E-Waste: How it Could Affect You

Thinking of throwing your old phone away? You might want to read this first.

The moment you put a phone in the rubbish bin, it becomes e-waste which, if you didn’t know, is the fastest growing waste stream in the world. Old and worn out smartphones, computers, and other electronic gadgets eventually find their way into makeshift workshops. There, their valuable metals are extracted, and the remainder of these are thrown in landfills.

Problem solved? Hardly. The rate by which e-waste is generated is way faster than the rate these are processed in workshops and landfills. Recent studies have shown how global levels of e-waste have risen as much as 8% in a matter of two years, which is an alarming rate, according to the UN. The growth of e-waste poses a significant health and environmental risks wherever they are found, because they contain substances that have the potential to cause massive harm if treated inadequately.

The bad news is, most of it is not even documented, and are not treated with proper recycling methods. As much as 90% of them end up being bathed in acid, which is a relatively popular way to extract metals from e-waste. It’s the most efficient way, and also the most dangerous, since the reactions from this process generate harmful chemicals and toxic fumes. The chemicals sometimes find their way into the drains, the sea, and the water supply, effectively poisoning entire populations, while the fumes contaminate the air.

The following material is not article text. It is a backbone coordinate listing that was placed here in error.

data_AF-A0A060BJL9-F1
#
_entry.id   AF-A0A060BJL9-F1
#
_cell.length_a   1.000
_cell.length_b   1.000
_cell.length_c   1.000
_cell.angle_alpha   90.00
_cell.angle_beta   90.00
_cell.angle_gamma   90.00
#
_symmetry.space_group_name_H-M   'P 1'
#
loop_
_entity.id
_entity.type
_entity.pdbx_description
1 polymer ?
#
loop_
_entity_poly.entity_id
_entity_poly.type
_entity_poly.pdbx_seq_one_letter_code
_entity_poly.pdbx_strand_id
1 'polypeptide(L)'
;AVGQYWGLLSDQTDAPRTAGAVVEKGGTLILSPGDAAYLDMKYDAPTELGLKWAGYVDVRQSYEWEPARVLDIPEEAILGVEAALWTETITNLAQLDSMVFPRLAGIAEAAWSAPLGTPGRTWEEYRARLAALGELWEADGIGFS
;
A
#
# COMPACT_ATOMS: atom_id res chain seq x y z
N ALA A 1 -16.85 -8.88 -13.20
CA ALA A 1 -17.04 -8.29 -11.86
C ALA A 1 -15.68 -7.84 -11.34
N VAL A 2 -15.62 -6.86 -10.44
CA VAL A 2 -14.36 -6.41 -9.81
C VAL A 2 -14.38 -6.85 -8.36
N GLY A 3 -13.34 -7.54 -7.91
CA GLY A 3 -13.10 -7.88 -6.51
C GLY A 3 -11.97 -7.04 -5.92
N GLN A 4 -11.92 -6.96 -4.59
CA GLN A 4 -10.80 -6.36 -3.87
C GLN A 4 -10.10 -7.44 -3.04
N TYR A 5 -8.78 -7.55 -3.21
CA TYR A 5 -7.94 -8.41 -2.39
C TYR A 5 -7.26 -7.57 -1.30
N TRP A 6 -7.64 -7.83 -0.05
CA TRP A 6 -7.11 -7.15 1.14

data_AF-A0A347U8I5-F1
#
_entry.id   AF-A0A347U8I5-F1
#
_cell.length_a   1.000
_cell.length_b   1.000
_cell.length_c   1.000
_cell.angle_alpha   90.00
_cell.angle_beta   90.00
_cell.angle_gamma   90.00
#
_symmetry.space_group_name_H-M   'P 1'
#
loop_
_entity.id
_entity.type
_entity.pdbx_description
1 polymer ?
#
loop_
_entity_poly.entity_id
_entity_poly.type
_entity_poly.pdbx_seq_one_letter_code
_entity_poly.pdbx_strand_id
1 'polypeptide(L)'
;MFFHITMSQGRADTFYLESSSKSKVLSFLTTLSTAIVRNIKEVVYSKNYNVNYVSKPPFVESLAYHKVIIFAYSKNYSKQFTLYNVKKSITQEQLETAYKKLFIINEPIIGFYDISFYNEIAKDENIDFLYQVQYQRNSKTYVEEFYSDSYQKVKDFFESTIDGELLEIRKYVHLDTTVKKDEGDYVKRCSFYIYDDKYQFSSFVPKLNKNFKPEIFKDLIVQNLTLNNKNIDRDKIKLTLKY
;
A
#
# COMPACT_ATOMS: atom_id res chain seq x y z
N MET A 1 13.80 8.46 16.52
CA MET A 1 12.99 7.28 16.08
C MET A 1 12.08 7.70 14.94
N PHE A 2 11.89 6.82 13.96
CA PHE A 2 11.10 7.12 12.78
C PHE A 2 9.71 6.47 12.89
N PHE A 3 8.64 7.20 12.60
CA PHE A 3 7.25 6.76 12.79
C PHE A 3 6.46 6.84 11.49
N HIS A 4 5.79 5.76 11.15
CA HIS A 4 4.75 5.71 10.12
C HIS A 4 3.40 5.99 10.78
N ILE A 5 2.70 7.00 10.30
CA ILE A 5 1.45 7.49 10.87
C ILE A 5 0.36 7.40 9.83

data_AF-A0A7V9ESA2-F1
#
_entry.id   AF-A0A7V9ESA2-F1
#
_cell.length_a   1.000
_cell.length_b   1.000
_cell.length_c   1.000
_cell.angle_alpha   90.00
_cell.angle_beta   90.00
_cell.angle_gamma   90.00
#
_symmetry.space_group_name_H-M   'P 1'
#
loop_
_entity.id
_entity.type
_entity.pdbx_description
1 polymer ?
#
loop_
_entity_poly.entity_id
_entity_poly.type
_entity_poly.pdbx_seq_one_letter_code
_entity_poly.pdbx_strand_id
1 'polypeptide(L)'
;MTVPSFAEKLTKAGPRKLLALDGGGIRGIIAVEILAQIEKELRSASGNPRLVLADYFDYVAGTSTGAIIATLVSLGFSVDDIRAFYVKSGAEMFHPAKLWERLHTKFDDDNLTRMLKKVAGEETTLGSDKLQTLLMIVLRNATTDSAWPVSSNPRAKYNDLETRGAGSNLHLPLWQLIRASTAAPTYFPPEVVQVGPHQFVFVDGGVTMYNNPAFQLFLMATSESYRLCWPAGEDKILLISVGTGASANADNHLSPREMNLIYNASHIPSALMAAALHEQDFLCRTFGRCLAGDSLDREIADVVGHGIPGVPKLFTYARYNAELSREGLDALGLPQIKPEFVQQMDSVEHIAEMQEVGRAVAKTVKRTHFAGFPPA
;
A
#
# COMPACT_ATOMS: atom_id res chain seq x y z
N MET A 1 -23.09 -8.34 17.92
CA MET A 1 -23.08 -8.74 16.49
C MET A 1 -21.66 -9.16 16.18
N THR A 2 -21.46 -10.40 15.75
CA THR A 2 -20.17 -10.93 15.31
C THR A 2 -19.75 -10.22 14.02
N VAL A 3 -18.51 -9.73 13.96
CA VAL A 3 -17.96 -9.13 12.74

Communities exposed to the contaminated water and air pay the ultimate price of increased risk of cancers, birth defects, and a host of mutagenic disorders. Countries in Africa, like Ghana, are disproportionately affected by e-waste contaminants, given that they receive a whopping 60-90% of the 50 million tonnes of e-waste generated globally with the aid of transnational crime gangs. Asian countries, too, are having their own reckoning with e-waste. In recent months, Thailand had to deal with a health crisis arising from seepage of harmful e-waste chemicals into the water supply. The recycling company conducting the improper disposal was promptly closed down.

The WHO warns that children are especially vulnerable to the health risks that come with e-waste, noting that “As they are still growing, children’s intake of air, water, and food in proportion to their weight is significantly increased compared to adults – and with that, the risk of hazardous chemical absorption.”

The good news is you can help slow down the growth of e-waste by holding on to your gadgets and appliances a bit longer – or upgrading to a refurbished phone. When you go refurbished, it’s one less smartphone in the landfills, and one step closer to solving the e-waste epidemic.